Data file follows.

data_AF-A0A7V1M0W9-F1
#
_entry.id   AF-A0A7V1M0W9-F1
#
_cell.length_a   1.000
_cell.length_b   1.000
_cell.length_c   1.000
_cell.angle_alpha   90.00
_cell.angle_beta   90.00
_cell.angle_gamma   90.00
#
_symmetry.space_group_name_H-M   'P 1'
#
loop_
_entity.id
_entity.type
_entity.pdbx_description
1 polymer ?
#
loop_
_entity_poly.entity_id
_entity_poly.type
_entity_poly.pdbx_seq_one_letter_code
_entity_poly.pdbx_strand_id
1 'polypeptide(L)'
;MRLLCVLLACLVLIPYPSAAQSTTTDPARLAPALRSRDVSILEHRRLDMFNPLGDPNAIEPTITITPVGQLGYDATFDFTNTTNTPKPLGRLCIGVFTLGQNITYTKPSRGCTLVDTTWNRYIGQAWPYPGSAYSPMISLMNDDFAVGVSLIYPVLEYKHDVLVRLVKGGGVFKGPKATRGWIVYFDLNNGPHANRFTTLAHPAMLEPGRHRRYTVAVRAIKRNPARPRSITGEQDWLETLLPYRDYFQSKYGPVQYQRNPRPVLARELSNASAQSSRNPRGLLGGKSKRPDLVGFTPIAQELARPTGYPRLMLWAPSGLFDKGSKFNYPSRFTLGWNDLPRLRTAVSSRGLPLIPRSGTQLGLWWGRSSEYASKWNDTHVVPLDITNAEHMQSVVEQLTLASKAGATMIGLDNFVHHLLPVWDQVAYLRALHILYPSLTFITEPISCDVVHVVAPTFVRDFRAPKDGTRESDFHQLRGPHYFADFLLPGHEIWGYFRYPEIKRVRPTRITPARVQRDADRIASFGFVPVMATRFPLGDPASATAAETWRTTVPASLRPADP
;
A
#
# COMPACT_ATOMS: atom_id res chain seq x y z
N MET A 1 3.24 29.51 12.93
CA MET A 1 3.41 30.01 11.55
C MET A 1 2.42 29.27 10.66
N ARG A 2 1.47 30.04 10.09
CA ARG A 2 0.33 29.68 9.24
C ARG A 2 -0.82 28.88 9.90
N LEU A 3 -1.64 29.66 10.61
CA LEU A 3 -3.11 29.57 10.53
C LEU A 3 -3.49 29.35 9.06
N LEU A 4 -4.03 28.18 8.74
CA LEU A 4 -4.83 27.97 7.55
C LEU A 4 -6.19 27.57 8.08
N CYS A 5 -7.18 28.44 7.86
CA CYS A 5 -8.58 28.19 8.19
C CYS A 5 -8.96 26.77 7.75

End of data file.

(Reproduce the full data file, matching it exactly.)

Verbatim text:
data_AF-A0A7V1M0W9-F1
#
_entry.id   AF-A0A7V1M0W9-F1
#
_cell.length_a   1.000
_cell.length_b   1.000
_cell.length_c   1.000
_cell.angle_alpha   90.00
_cell.angle_beta   90.00
_cell.angle_gamma   90.00
#
_symmetry.space_group_name_H-M   'P 1'
#
loop_
_entity.id
_entity.type
_entity.pdbx_description
1 polymer ?
#
loop_
_entity_poly.entity_id
_entity_poly.type
_entity_poly.pdbx_seq_one_letter_code
_entity_poly.pdbx_strand_id
1 'polypeptide(L)'
;MRLLCVLLACLVLIPYPSAAQSTTTDPARLAPALRSRDVSILEHRRLDMFNPLGDPNAIEPTITITPVGQLGYDATFDFTNTTNTPKPLGRLCIGVFTLGQNITYTKPSRGCTLVDTTWNRYIGQAWPYPGSAYSPMISLMNDDFAVGVSLIYPVLEYKHDVLVRLVKGGGVFKGPKATRGWIVYFDLNNGPHANRFTTLAHPAMLEPGRHRRYTVAVRAIKRNPARPRSITGEQDWLETLLPYRDYFQSKYGPVQYQRNPRPVLARELSNASAQSSRNPRGLLGGKSKRPDLVGFTPIAQELARPTGYPRLMLWAPSGLFDKGSKFNYPSRFTLGWNDLPRLRTAVSSRGLPLIPRSGTQLGLWWGRSSEYASKWNDTHVVPLDITNAEHMQSVVEQLTLASKAGATMIGLDNFVHHLLPVWDQVAYLRALHILYPSLTFITEPISCDVVHVVAPTFVRDFRAPKDGTRESDFHQLRGPHYFADFLLPGHEIWGYFRYPEIKRVRPTRITPARVQRDADRIASFGFVPVMATRFPLGDPASATAAETWRTTVPASLRPADP
;
A
#
# COMPACT_ATOMS: atom_id res chain seq x y z
N MET A 1 3.24 29.51 12.93
CA MET A 1 3.41 30.01 11.55
C MET A 1 2.42 29.27 10.66
N ARG A 2 1.47 30.04 10.09
CA ARG A 2 0.33 29.68 9.24
C ARG A 2 -0.82 28.88 9.90
N LEU A 3 -1.64 29.66 10.61
CA LEU A 3 -3.11 29.57 10.53
C LEU A 3 -3.49 29.35 9.06
N LEU A 4 -4.03 28.18 8.74
CA LEU A 4 -4.83 27.97 7.55
C LEU A 4 -6.19 27.57 8.08
N CYS A 5 -7.18 28.44 7.86
CA CYS A 5 -8.58 28.19 8.19
C CYS A 5 -8.96 26.77 7.75